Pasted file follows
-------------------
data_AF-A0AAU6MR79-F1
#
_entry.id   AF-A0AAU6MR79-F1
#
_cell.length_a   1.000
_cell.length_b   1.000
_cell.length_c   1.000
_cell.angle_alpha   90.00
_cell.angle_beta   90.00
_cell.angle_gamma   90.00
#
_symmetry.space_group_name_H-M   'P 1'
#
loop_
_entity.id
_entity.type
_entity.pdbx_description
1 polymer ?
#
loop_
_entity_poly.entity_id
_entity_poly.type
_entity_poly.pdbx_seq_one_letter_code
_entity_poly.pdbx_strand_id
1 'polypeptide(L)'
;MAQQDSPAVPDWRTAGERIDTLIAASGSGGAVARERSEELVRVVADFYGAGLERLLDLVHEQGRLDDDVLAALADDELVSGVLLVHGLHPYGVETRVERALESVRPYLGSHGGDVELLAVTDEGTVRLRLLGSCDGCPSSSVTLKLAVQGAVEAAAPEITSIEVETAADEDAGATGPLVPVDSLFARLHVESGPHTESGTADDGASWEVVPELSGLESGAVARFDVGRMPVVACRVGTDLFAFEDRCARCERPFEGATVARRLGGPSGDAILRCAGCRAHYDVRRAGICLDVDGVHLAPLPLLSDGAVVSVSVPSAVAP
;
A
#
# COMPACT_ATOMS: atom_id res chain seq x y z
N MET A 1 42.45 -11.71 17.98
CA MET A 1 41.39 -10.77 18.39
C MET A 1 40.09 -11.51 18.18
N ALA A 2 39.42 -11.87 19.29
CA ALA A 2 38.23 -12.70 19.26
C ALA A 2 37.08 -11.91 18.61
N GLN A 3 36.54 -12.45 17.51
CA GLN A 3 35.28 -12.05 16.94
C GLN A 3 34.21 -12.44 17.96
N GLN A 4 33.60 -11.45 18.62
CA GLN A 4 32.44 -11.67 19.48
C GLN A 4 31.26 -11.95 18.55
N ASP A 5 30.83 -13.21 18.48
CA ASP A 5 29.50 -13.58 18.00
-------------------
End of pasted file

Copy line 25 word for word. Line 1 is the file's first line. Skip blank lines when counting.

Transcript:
1 'polypeptide(L)'